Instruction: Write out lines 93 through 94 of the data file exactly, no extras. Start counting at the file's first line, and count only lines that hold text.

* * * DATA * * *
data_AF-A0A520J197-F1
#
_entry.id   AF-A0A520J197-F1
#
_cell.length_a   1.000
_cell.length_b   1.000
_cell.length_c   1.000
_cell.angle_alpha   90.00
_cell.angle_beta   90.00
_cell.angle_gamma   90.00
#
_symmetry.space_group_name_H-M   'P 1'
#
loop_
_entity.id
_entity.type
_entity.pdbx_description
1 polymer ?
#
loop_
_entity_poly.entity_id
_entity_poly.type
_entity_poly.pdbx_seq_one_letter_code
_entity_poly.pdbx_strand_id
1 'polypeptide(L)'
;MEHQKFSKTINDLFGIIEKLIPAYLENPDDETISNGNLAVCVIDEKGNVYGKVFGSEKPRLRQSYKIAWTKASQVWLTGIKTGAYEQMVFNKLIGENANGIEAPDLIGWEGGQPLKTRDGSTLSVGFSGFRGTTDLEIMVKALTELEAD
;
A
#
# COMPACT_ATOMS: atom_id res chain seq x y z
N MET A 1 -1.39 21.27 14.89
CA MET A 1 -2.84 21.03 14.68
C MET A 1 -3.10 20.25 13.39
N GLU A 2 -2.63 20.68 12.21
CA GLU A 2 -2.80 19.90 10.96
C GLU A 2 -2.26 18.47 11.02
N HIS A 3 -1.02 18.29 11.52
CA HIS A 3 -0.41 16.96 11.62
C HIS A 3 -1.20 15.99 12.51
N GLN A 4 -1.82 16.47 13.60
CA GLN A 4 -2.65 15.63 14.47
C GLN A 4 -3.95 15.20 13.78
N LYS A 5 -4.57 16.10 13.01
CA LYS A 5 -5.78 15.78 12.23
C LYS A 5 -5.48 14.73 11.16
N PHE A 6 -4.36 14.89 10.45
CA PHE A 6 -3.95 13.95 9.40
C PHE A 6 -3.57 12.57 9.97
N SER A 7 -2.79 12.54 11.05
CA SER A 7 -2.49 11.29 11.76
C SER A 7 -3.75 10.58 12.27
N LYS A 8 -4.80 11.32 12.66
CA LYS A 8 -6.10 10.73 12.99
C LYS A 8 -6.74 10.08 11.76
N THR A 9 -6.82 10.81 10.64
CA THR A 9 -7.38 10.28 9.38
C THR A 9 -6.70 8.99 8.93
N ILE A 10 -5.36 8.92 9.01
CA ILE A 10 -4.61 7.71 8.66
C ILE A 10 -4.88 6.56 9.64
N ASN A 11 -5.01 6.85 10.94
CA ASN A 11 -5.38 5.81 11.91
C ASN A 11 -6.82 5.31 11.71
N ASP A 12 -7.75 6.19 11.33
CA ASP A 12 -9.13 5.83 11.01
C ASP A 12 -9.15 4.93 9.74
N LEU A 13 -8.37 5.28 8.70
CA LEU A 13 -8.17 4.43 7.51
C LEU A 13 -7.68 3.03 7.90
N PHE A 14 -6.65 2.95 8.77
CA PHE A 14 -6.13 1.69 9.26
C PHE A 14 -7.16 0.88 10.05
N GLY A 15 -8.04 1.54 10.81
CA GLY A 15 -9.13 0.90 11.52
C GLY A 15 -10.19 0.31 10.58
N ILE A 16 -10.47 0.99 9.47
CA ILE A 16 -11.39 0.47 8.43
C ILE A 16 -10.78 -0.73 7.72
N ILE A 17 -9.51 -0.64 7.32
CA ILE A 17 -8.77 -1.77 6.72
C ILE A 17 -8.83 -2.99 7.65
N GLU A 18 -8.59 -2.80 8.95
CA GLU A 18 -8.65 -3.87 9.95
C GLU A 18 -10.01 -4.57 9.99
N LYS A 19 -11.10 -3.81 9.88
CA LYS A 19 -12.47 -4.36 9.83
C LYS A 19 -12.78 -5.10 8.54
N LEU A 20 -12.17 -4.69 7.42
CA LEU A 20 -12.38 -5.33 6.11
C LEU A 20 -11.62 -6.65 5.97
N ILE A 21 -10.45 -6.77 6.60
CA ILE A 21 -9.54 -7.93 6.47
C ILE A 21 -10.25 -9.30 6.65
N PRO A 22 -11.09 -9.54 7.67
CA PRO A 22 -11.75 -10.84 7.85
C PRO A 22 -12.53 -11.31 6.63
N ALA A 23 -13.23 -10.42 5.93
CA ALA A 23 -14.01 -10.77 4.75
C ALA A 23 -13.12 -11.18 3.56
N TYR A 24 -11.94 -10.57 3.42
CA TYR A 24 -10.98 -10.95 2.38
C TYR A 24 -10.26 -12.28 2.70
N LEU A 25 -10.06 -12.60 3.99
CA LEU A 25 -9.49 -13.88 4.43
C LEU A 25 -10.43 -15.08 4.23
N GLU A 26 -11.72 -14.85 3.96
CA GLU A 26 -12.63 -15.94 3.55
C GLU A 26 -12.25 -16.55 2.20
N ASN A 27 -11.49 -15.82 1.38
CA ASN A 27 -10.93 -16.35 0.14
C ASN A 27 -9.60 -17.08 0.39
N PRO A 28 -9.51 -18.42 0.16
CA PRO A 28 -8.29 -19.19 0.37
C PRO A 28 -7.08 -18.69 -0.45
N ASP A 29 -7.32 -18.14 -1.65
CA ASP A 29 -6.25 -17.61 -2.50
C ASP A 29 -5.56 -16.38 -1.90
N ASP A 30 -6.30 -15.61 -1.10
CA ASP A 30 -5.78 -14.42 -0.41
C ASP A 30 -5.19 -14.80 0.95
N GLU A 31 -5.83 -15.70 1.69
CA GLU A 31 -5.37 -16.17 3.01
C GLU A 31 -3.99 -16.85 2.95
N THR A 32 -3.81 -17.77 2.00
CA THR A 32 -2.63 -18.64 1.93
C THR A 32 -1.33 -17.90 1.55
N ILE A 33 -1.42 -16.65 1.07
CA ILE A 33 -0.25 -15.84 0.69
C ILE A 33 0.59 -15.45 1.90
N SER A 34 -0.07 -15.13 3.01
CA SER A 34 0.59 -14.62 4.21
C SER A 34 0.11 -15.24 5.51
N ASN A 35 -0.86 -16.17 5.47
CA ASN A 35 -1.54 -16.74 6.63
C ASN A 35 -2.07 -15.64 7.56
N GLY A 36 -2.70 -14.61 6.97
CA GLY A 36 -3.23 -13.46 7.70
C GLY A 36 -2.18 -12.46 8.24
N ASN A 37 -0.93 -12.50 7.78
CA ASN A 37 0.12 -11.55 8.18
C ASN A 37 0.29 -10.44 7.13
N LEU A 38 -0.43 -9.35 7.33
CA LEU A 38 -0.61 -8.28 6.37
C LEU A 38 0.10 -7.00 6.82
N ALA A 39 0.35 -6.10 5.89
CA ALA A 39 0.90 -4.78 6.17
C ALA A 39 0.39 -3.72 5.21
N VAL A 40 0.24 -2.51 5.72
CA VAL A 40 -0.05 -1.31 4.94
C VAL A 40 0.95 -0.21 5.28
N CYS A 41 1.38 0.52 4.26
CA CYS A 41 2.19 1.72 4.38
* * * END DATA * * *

C ILE A 21 -10.25 -9.30 6.65
N PRO A 22 -11.09 -9.54 7.67